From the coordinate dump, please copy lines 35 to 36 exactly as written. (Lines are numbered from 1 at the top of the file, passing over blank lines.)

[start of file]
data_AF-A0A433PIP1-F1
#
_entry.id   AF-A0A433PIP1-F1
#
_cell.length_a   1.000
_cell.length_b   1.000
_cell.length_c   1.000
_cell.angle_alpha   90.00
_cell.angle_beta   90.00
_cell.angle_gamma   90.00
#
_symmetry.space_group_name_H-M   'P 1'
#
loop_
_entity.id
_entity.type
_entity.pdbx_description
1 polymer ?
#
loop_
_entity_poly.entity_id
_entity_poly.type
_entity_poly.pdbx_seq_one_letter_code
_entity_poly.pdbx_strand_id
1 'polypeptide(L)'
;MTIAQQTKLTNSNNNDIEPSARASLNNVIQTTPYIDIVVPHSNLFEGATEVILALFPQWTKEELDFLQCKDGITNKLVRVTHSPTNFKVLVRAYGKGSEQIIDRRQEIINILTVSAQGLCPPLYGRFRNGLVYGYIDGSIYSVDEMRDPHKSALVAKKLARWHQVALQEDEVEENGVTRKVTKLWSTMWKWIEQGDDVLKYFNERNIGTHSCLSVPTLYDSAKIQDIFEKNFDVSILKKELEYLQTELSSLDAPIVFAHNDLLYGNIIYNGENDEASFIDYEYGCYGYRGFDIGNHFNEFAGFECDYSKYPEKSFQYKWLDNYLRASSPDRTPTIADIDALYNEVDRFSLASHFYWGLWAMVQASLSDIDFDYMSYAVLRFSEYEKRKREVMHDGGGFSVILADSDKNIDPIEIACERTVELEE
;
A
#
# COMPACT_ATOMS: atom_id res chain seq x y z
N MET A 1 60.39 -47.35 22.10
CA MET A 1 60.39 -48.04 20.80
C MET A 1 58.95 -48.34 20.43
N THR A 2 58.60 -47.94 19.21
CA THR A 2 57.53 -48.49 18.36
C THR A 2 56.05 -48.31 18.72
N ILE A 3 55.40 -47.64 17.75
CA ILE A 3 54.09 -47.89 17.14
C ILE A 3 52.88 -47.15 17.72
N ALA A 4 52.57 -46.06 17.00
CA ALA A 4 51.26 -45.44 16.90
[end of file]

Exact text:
CA THR A 2 57.53 -48.49 18.36
C THR A 2 56.05 -48.31 18.72